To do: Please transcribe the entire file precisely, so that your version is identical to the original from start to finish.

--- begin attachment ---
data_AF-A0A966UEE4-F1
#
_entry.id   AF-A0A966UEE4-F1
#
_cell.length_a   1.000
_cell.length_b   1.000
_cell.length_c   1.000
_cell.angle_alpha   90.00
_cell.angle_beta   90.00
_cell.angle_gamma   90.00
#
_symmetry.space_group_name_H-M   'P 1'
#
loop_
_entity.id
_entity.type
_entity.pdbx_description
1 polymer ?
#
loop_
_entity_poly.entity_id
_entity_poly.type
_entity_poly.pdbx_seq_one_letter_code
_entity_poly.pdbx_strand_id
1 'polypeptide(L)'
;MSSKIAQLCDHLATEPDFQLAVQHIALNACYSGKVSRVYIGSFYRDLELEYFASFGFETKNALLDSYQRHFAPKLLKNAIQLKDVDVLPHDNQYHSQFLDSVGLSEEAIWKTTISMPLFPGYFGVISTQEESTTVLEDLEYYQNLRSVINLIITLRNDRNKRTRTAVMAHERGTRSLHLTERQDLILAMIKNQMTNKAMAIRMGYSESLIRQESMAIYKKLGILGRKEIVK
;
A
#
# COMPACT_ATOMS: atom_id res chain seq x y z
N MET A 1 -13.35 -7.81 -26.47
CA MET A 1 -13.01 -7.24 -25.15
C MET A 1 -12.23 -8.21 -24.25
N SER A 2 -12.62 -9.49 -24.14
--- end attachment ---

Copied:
data_AF-A0A966UEE4-F1
#
_entry.id   AF-A0A966UEE4-F1
#
_cell.length_a   1.000
_cell.length_b   1.000
_cell.length_c   1.000
_cell.angle_alpha   90.00
_cell.angle_beta   90.00
_cell.angle_gamma   90.00
#
_symmetry.space_group_name_H-M   'P 1'
#
loop_
_entity.id
_entity.type
_entity.pdbx_description
1 polymer ?
#
loop_
_entity_poly.entity_id
_entity_poly.type
_entity_poly.pdbx_seq_one_letter_code
_entity_poly.pdbx_strand_id
1 'polypeptide(L)'
;MSSKIAQLCDHLATEPDFQLAVQHIALNACYSGKVSRVYIGSFYRDLELEYFASFGFETKNALLDSYQRHFAPKLLKNAIQLKDVDVLPHDNQYHSQFLDSVGLSEEAIWKTTISMPLFPGYFGVISTQEESTTVLEDLEYYQNLRSVINLIITLRNDRNKRTRTAVMAHERGTRSLHLTERQDLILAMIKNQMTNKAMAIRMGYSESLIRQESMAIYKKLGILGRKEIVK
;
A
#
# COMPACT_ATOMS: atom_id res chain seq x y z
N MET A 1 -13.35 -7.81 -26.47
CA MET A 1 -13.01 -7.24 -25.15
C MET A 1 -12.23 -8.21 -24.25
N SER A 2 -12.62 -9.49 -24.14